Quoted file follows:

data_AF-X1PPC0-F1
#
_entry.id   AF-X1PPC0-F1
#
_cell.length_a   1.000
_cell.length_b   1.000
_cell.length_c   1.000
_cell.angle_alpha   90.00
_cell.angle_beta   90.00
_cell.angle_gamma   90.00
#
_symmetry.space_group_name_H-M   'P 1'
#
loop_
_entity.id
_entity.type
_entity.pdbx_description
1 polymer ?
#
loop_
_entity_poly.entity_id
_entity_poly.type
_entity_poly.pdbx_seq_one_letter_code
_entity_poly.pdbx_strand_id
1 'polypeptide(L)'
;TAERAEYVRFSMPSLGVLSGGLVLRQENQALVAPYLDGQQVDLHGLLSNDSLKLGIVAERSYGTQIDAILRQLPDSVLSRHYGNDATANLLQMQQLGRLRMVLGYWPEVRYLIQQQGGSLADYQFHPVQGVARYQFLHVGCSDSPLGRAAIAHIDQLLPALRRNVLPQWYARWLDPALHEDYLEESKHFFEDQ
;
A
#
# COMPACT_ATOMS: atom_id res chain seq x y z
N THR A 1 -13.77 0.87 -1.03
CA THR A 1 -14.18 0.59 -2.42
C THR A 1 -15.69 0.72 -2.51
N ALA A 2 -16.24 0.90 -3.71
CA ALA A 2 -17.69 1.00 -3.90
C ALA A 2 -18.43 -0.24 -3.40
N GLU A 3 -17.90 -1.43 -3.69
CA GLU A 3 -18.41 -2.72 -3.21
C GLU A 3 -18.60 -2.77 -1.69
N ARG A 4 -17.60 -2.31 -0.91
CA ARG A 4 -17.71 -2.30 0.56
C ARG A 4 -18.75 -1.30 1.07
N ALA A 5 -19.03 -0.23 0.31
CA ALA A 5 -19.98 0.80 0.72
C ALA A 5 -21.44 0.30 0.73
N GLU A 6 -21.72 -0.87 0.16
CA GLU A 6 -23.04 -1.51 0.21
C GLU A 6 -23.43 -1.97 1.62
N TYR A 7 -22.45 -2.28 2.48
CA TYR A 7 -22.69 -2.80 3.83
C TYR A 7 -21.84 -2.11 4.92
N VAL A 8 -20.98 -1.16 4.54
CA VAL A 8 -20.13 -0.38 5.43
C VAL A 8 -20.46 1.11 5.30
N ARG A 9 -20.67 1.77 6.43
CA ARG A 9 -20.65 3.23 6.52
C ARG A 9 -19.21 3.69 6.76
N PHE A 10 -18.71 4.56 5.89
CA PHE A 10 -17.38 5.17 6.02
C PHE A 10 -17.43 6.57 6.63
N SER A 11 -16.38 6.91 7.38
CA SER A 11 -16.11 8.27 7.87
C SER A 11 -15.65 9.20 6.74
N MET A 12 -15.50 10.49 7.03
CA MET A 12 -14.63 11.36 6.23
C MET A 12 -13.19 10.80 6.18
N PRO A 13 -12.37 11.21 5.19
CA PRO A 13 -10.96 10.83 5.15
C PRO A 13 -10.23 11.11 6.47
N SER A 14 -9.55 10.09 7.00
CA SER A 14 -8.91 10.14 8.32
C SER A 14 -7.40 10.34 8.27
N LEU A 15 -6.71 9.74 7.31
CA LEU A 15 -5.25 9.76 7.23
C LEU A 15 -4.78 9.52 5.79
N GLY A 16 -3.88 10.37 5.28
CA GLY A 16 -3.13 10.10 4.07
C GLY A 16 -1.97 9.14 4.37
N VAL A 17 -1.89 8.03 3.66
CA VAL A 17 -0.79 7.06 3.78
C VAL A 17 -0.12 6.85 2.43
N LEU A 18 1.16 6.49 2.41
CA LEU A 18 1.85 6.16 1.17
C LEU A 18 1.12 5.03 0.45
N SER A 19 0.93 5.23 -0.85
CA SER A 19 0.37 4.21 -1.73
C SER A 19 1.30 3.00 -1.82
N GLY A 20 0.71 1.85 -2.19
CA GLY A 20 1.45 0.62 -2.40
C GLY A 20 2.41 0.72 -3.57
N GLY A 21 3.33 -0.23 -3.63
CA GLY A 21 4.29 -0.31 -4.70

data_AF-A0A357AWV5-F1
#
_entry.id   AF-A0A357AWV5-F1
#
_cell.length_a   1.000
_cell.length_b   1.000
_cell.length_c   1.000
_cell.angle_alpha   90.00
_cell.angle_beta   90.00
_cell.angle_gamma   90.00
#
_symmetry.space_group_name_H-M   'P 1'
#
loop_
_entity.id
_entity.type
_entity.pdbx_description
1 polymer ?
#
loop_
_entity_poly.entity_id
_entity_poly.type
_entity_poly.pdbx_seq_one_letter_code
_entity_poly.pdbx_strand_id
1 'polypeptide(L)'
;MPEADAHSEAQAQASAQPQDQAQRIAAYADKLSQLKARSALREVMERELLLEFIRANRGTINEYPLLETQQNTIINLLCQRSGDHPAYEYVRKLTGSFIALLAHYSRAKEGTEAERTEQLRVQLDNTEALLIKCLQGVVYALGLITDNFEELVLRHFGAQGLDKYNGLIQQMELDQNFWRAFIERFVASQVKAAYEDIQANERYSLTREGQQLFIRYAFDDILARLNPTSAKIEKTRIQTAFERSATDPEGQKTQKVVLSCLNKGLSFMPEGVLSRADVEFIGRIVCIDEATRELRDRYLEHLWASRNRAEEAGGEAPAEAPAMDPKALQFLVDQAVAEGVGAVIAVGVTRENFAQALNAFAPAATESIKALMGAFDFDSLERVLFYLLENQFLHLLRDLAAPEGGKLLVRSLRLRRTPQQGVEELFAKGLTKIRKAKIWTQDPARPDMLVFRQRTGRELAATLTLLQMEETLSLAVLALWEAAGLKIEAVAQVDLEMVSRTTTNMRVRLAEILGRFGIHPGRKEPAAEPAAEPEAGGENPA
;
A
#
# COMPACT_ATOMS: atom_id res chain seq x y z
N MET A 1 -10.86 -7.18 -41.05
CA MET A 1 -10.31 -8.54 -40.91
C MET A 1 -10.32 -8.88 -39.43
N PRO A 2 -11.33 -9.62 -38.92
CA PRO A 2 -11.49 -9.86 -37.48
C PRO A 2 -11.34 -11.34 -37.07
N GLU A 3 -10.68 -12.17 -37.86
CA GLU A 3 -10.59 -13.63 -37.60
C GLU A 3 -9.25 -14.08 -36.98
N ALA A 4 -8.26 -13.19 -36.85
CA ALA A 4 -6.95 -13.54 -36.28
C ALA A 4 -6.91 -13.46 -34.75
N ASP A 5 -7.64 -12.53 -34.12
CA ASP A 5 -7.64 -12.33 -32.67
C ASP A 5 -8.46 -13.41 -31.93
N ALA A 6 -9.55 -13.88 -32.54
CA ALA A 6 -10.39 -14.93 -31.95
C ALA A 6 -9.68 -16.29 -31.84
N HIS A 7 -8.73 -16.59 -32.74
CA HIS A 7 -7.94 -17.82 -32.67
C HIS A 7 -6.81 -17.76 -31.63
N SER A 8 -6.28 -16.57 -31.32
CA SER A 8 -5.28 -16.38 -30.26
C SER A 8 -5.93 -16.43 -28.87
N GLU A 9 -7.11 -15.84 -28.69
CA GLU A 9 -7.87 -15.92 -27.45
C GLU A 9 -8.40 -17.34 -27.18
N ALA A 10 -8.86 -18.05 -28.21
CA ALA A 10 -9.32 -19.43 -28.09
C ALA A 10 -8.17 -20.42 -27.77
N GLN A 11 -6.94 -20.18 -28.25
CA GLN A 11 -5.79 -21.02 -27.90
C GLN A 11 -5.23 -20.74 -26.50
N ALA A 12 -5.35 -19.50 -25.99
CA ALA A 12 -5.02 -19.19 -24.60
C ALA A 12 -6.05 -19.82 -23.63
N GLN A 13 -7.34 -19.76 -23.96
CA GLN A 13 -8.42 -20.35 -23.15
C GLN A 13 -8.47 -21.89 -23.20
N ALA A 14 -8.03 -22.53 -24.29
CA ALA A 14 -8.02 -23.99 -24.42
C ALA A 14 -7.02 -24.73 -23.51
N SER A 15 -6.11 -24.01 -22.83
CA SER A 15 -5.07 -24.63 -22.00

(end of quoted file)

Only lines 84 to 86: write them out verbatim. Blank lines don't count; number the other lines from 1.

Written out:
C LEU A 18 1.12 5.03 0.45
N SER A 19 0.93 5.23 -0.85
CA SER A 19 0.37 4.21 -1.73